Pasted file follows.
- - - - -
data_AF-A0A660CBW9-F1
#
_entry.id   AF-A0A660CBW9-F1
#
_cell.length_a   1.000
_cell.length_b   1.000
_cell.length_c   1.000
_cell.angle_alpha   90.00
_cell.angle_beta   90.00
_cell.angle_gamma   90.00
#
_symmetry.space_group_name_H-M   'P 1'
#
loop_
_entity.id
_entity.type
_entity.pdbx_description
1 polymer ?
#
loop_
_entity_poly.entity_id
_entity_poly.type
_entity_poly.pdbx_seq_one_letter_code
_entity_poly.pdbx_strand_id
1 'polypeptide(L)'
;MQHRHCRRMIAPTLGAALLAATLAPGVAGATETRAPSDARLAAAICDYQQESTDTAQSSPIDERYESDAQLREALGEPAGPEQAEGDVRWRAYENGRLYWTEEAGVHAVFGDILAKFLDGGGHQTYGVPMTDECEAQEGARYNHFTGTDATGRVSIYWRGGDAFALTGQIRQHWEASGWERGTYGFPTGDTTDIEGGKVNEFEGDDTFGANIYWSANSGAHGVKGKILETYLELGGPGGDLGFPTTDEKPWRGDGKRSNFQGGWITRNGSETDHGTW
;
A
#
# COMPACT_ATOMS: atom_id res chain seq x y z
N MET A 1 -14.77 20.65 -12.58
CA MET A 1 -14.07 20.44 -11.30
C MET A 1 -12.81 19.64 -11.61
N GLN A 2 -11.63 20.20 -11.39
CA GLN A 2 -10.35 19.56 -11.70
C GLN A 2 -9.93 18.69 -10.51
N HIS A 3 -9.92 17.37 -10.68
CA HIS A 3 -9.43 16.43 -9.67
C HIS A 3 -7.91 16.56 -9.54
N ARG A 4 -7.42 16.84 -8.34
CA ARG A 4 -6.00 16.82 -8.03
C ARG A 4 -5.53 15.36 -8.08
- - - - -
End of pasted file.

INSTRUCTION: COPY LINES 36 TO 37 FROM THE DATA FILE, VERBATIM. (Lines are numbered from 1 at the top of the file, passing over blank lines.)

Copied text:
C GLN A 2 -9.93 18.69 -10.51
N HIS A 3 -9.92 17.37 -10.68